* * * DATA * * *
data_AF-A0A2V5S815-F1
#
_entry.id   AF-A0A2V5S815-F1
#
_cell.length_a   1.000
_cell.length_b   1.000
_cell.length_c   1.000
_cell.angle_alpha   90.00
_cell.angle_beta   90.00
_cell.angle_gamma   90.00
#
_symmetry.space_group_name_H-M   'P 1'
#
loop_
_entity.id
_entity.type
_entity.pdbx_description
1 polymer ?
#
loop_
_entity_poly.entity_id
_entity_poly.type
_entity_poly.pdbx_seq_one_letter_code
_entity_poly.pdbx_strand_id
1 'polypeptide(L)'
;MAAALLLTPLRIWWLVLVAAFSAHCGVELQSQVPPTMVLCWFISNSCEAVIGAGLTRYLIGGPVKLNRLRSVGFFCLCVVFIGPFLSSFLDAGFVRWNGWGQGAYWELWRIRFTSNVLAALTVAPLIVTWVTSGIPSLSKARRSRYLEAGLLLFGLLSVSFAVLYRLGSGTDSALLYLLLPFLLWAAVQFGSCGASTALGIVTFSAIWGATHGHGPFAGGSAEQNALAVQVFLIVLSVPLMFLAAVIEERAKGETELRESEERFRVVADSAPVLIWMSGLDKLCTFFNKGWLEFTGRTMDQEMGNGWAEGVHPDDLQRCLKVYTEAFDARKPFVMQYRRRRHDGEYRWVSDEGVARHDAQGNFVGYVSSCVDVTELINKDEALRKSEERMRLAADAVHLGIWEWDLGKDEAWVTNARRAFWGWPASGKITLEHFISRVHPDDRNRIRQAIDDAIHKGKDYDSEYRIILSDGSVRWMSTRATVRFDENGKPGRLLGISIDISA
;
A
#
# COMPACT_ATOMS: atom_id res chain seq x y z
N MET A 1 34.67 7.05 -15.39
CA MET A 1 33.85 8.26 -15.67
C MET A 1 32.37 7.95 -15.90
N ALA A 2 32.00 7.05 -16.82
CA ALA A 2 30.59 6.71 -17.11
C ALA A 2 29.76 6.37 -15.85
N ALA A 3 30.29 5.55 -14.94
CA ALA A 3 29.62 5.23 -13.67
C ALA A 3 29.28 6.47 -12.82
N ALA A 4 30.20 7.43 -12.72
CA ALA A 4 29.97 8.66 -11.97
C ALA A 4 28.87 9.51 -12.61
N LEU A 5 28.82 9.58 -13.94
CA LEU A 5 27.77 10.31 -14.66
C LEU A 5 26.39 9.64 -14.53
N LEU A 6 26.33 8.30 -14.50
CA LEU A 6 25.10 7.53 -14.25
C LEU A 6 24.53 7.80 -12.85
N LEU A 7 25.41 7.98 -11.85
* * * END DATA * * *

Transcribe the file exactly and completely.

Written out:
data_AF-A0A2V5S815-F1
#
_entry.id   AF-A0A2V5S815-F1
#
_cell.length_a   1.000
_cell.length_b   1.000
_cell.length_c   1.000
_cell.angle_alpha   90.00
_cell.angle_beta   90.00
_cell.angle_gamma   90.00
#
_symmetry.space_group_name_H-M   'P 1'
#
loop_
_entity.id
_entity.type
_entity.pdbx_description
1 polymer ?
#
loop_
_entity_poly.entity_id
_entity_poly.type
_entity_poly.pdbx_seq_one_letter_code
_entity_poly.pdbx_strand_id
1 'polypeptide(L)'
;MAAALLLTPLRIWWLVLVAAFSAHCGVELQSQVPPTMVLCWFISNSCEAVIGAGLTRYLIGGPVKLNRLRSVGFFCLCVVFIGPFLSSFLDAGFVRWNGWGQGAYWELWRIRFTSNVLAALTVAPLIVTWVTSGIPSLSKARRSRYLEAGLLLFGLLSVSFAVLYRLGSGTDSALLYLLLPFLLWAAVQFGSCGASTALGIVTFSAIWGATHGHGPFAGGSAEQNALAVQVFLIVLSVPLMFLAAVIEERAKGETELRESEERFRVVADSAPVLIWMSGLDKLCTFFNKGWLEFTGRTMDQEMGNGWAEGVHPDDLQRCLKVYTEAFDARKPFVMQYRRRRHDGEYRWVSDEGVARHDAQGNFVGYVSSCVDVTELINKDEALRKSEERMRLAADAVHLGIWEWDLGKDEAWVTNARRAFWGWPASGKITLEHFISRVHPDDRNRIRQAIDDAIHKGKDYDSEYRIILSDGSVRWMSTRATVRFDENGKPGRLLGISIDISA
;
A
#
# COMPACT_ATOMS: atom_id res chain seq x y z
N MET A 1 34.67 7.05 -15.39
CA MET A 1 33.85 8.26 -15.67
C MET A 1 32.37 7.95 -15.90
N ALA A 2 32.00 7.05 -16.82
CA ALA A 2 30.59 6.71 -17.11
C ALA A 2 29.76 6.37 -15.85
N ALA A 3 30.29 5.55 -14.94
CA ALA A 3 29.62 5.23 -13.67
C ALA A 3 29.28 6.47 -12.82
N ALA A 4 30.20 7.43 -12.72
CA ALA A 4 29.97 8.66 -11.97
C ALA A 4 28.87 9.51 -12.61
N LEU A 5 28.82 9.58 -13.94
CA LEU A 5 27.77 10.31 -14.66
C LEU A 5 26.39 9.64 -14.53
N LEU A 6 26.33 8.30 -14.50
CA LEU A 6 25.10 7.53 -14.25
C LEU A 6 24.53 7.80 -12.85
N LEU A 7 25.41 7.98 -11.85